In the weeks before last month’s Council elections in Victoria, The Age newspaper carried a series of interesting articles about the rising influence of developers over right-wing Councillors.
While both Liberal and Labor Victorian State governments have continued to consolidate power over major planning applications into their hands and away from local Councils, the process is not yet complete.
Local Councils – in particular, the City of Melbourne, which covers the CBD and surrounding suburbs – still have the ability to at least considerably slow down and eat into the profits of greedy developers.
The mining boom has taken the life out of the economy on the east coast by sucking in investment dollars and driving up the value of the currency. Local industry, tourism and education have all been hit. One area to escape the east coast economic flat-lining has been property investment and construction.
Big money is being made by local and East Asian capitalists by buying ex-industrial sites, getting them rezoned to residential and then building as many stories of matchbox apartments as they can.
To smooth and speed this process, these developers want compliant Councils and Councillors.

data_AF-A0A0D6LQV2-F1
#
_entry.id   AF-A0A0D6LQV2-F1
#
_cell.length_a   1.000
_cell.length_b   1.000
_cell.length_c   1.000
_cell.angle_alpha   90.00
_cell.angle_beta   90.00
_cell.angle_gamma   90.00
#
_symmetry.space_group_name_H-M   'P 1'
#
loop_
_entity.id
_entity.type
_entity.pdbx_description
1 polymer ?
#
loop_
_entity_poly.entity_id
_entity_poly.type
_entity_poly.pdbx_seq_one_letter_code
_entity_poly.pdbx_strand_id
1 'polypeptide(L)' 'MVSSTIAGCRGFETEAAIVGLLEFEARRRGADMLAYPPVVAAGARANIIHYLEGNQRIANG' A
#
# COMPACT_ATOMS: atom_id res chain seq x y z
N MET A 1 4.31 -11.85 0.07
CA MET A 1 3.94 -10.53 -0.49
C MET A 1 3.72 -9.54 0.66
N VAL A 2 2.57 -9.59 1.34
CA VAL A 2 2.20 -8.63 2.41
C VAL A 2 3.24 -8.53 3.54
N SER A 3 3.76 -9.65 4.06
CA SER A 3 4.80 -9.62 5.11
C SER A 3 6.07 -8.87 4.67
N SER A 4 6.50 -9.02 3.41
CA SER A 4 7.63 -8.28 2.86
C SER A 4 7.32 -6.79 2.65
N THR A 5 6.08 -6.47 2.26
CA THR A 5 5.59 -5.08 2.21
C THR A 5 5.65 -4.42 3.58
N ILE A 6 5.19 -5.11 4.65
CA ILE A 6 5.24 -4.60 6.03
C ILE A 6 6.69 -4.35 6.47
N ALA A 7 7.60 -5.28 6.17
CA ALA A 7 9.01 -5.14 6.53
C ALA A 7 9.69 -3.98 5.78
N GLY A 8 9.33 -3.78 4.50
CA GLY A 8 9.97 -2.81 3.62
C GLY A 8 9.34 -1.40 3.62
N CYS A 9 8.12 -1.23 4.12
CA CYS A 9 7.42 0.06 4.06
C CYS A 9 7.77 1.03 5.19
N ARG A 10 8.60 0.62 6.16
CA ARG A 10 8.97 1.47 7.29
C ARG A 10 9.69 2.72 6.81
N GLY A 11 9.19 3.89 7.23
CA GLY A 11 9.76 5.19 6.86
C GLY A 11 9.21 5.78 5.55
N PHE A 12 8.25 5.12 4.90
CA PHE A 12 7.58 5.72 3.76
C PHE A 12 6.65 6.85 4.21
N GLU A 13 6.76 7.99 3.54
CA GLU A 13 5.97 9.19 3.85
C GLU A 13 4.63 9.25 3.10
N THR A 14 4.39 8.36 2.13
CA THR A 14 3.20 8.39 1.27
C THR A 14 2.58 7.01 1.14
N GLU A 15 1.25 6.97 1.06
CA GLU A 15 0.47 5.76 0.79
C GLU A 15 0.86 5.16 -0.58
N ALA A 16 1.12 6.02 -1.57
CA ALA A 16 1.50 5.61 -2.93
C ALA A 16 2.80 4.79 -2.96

The Age articles outlined the massive donations made by developers to candidates in the recent City of Melbourne elections. For example, Robert Doyle, who was re-elected as Melbourne’s Lord Mayor asked a city developer to donate between $50,000 and $100,000 in return for ‘Town Hall access’.
It is only a matter of time before developers try to influence other Councils by way of donations to candidates and parties as well as seeking State government intervention to overrule and even sack Councillors or Councils that stand in their way.
This process shows the need to build political organisations that refuse to accept donations from big developers and businesses. That is the only way people can be assured that parties will truly represent the views of ordinary residents and stand up to profiteering at the expense of our local neighbourhoods and communities.
By Stephen Jolly